• 11
    Jan
  • Sphincter of Oddi function and dysfunction: Investigation of SO dysfunction

Blood screens during an acute attack of pain reveal a normal white cell count. About 10% to 20% of patients, however, show increases in serum concentrations of liver transaminases, particularly in blood specimens that are taken 3 to 4 h after the onset of pain. This is occasionally accompanied by increases in serum bilirubin and AP. In a subgroup of patients, serum amylase may be ele­vated either alone or in conjunction with changes in liver en­zymes, and these patients are then considered to have the pancreatic form of the disorder.

Typical pain episodes of SO dysfunction are quite charac­teristic, but often other functional bowel disturbances can coexist, making diagnosis on history alone difficult. A trial of therapy for suspected irritable bowel syndrome can be con­sidered where the history is vague, in the hope that this may improve symptoms and exclude SO dysfunction as a diagnos­tic possibility. Common bile duct stones need to be excluded in all patients with suspected SO dysfunction. The role of magnetic resonance cholangiopancreatography (MRCP) in evaluating the biliary tree in patients with a low likelihood of having common bile duct stones is unclear. At present, MRCP has not been shown to be superior than an ultrasound in detecting common bile duct stones. ERCP has the obvious advantage of being able to remove common bile duct stones at the time of the procedure and can also give an indi­cation as to the possibility of SO dysfunction being present by an objective measurement of common bile duct diameter and whether contrast drains adequately. While these factors have not been shown to predict SO dysfunctions reliably, they can help in deciding whether to proceed to other inves­tigations once common bile duct stones have been excluded. Pain on injection of contrast during ERCP has not been found to correlate with SO dysfunction. Biopsies from the papilla in a large series of patients with SO dysfunction found a 4.3% incidence of adenoma. If there is any sus­picion that the papilla appears abnormal, biopsies should be considered.

The morphine-neostigmine test or Nardi test has been used in the past as a way to try and predict the response to sphincter division, either surgically or endoscopically. It is a very sensitive test, but lacks specificity and has lit­tle role in the investigation of patients with suspected SO dysfunction.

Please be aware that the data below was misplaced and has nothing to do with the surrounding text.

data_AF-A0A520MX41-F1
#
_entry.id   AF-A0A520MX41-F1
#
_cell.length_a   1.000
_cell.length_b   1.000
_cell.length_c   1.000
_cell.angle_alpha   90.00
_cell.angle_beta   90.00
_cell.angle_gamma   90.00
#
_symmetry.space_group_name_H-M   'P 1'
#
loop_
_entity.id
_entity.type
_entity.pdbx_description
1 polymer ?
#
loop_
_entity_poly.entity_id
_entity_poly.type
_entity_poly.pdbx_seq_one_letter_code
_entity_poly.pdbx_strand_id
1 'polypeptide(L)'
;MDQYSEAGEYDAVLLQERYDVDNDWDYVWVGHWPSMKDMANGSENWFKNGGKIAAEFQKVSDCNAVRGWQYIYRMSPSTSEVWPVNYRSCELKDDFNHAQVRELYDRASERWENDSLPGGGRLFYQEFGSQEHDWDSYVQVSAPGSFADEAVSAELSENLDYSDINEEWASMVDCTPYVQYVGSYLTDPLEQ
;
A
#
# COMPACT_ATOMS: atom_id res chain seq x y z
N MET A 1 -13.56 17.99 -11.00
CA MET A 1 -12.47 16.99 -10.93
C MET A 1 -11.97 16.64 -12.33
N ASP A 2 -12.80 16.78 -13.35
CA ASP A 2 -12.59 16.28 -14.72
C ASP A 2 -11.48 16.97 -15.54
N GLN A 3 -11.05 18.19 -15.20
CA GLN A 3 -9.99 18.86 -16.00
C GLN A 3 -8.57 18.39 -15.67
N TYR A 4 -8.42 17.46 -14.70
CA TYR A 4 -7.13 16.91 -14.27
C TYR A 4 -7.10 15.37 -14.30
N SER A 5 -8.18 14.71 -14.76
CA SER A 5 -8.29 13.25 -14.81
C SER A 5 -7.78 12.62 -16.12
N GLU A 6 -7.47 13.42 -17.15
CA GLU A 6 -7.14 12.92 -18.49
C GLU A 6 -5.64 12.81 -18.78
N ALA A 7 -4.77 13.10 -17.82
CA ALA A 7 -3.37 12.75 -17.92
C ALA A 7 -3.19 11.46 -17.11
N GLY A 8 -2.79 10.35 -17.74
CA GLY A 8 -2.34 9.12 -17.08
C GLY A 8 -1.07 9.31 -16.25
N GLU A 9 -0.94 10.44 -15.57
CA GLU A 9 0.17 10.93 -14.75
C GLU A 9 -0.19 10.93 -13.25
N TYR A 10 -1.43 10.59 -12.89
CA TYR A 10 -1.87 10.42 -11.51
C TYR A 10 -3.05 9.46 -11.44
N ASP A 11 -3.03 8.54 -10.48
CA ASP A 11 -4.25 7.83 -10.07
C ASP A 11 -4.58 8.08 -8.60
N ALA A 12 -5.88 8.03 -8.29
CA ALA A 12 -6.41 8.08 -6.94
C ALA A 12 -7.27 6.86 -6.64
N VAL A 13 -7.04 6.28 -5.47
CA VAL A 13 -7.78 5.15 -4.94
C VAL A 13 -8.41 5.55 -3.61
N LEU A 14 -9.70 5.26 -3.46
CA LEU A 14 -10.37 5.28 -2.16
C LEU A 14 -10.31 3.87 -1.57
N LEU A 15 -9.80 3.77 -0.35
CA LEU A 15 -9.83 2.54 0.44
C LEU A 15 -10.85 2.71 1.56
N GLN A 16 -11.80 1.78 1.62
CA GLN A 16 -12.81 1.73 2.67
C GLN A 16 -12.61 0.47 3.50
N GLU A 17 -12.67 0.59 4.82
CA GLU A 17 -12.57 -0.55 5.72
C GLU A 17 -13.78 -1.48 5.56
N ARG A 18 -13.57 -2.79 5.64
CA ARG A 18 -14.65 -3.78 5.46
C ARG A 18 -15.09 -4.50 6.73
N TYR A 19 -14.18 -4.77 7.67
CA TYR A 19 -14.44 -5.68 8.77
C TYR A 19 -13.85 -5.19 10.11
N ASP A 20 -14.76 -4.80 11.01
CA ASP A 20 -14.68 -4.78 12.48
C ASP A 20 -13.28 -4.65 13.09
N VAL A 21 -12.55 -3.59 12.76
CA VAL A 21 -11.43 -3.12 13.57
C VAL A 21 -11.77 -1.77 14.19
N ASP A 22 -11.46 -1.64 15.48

Symptomatic improvement with common bile duct stenting has been shown to predict response to sphincterotomy. However, one study showed a high rate of pan­creatitis, and more studies are required before this approach can be recommended.

Biliary scintigraphy, which uses an imino acid that is taken up by hepatocytes and secreted unchanged into the biliary system while coupled to radioactive technitium, al­lows an assessment of bile flow. By being able to scan a region of interest over the biliary tree, time activity curves for bile flow can be generated. CCK is often administered to stimu­late bile flow. Obstruction of the biliary tree has been shown to reduce bile flow, as assessed by scintigraphy. Many variables are used to assess obstruction, including the time taken to the maximal count over the biliary tree (T max); the time taken for 50% of tracer to be seen over the biliary tree (half-life); the time taken for the tracer to enter the duo­denum; prolonged excretion of tracer from the biliary tree; and the transit time of tracer from the hepatic hilum to the duodenum.

Although initial experience was generally favourable, there was variability in the parameters used for scintigraphy and diagnostic criteria for SO dysfunction. Sphinc- terotomy has been shown to improve bile flow, often to normal values. One study assessed many scin- tigraphic variables and found that the hepatic hilum to duo­denal transit time is the best predictor of delayed bile flow into the duodenum. This variable was then studied prospec- tively against SO manometry in patients with suspected SO dysfunction and found to have an 83% sensitivity and a 100% specificity. However, in patients with a dilated common bile duct, sphincterotomy was not found to normal­ize bile flow. A scoring system using six scintigraphic vari­ables has been developed in an attempt to improve the accuracy of scintigraphy in patients with suspected SO dys­function. In the 26 patients studied, 100% sensitivity and specificity of scintigraphy were found when compared with manometric criteria. These studies have not been repeated; thus, the results need to be confirmed before scintigraphy re­places manometry. A likely role for scintigraphy will be as a screening test, with manometry being used for equivocal re­sults. Scintigraphy has not been found to be useful in diagnos­ing patients with suspected SO dysfunction and an intact gallbladder.
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